Re-centering the Cinema Experience in a Multi-Platform, Digital Age
With the advent of online distribution and the rise of multiple media devices, claims of the cinema’s imminent death have surfaced with greater intensity than ever before. Of course, with an ever-widening array of platforms these accounts have placed a newfound emphasis on the cinema as a distinctive physical space, one that plays host to a very particular and much cherished cultural activity. This article considers the substance of these claims by tracing a very particular historical route. Firstly, be revisiting Baudry’s notion of the dispositif, this article detects the importance of the physical environment in the process of film consumption. Secondly, I relate this emphasis on the physical to the traditional notion of the cinephile, a practice that ritualises the cinema experience. Many accounts across the spectrum of film history will attest to the profound ways in which the physical experience of the cinema summons a rich emotional response. Lastly, I consider how the cinema and the collective nature of film consumption provides an authentic trace to the past and a very certain time and place in history. In turn, despite competition from cheaper and more convenient platforms, this article will endeavour to show how the cinema retains its place at the centre of contemporary film culture.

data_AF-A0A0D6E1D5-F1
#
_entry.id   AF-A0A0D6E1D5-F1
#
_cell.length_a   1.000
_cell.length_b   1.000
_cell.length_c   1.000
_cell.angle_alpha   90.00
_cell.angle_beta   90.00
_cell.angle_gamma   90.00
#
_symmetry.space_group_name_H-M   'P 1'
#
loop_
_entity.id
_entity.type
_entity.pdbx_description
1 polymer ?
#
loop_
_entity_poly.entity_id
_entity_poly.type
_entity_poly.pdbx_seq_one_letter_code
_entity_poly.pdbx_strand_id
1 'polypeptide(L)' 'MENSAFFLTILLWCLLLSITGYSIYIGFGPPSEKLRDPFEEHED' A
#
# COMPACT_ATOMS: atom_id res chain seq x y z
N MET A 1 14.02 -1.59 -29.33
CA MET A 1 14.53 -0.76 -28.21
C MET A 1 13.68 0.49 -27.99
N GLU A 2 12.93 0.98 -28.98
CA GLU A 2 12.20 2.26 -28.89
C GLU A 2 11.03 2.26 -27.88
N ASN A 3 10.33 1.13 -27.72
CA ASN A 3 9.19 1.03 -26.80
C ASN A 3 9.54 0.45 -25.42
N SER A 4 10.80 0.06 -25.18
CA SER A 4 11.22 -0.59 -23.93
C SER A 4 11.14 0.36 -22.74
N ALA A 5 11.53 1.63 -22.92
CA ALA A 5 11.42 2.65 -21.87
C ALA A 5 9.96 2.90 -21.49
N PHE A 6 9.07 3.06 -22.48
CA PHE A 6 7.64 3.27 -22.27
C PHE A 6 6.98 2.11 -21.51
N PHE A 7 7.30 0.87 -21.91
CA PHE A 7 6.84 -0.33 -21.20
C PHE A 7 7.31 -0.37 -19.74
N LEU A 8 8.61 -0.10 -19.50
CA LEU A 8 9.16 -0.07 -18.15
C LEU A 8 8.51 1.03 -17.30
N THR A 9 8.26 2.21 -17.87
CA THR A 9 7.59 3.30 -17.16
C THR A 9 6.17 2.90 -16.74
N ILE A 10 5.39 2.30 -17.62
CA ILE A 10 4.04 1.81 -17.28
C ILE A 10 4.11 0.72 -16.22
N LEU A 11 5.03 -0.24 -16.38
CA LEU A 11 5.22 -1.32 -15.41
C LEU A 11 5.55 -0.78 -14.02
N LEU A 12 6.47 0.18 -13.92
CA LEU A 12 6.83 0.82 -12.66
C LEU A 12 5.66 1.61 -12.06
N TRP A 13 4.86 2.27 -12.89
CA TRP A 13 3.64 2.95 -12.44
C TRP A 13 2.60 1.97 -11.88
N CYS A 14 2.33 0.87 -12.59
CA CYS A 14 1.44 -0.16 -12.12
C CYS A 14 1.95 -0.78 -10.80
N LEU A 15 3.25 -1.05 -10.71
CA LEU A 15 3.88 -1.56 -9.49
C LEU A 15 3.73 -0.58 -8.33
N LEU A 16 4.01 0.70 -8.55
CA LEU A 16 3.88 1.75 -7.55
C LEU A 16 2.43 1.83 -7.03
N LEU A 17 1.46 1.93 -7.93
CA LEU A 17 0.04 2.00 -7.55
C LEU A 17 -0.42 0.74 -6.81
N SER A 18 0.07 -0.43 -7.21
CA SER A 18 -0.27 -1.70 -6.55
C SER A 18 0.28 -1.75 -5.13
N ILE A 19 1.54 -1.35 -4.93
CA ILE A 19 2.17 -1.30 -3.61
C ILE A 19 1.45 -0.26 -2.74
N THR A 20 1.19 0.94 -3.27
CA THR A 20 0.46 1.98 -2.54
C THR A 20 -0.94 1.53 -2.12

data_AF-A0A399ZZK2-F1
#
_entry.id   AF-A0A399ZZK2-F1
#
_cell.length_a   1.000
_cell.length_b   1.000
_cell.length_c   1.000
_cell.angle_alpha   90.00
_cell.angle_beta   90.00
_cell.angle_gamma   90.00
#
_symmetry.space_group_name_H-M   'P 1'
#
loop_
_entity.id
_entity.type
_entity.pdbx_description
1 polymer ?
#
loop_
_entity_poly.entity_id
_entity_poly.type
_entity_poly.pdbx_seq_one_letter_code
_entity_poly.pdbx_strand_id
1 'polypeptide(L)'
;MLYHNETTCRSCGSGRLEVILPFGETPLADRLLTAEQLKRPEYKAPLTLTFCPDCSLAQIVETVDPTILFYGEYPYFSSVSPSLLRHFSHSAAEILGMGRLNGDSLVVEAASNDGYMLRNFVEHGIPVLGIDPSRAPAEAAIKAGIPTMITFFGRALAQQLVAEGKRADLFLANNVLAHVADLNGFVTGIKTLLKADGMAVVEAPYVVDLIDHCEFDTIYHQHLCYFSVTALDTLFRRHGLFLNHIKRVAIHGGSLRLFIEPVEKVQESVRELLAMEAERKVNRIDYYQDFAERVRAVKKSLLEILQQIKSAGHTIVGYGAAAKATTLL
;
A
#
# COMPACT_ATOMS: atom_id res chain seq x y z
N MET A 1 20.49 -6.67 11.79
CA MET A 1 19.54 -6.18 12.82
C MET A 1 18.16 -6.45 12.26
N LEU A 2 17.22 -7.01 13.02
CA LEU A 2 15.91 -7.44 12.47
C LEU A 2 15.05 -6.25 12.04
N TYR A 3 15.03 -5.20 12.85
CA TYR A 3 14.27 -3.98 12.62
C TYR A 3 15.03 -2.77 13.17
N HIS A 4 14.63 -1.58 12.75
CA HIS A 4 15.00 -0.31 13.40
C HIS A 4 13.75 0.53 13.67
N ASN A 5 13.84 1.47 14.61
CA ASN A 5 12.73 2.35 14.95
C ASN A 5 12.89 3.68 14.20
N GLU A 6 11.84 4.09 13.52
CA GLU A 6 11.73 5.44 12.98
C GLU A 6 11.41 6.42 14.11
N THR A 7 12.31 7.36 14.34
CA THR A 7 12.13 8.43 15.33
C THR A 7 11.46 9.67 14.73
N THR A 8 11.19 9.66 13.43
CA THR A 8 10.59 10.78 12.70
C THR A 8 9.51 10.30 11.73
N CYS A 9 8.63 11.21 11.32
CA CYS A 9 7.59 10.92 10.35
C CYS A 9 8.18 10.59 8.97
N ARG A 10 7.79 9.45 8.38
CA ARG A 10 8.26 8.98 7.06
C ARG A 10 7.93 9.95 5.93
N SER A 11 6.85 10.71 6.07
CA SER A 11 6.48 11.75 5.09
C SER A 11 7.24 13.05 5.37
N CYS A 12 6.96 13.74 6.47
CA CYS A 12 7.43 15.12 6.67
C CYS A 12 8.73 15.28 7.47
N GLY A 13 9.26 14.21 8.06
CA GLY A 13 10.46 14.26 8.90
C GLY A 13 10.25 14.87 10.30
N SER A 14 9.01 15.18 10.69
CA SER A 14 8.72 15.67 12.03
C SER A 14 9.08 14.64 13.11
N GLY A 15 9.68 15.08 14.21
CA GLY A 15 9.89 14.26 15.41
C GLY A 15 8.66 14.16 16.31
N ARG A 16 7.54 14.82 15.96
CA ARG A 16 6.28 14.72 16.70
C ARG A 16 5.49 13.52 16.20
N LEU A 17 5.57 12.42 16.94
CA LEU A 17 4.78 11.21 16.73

Cinema, dispositif, cinephilia, cultural memory.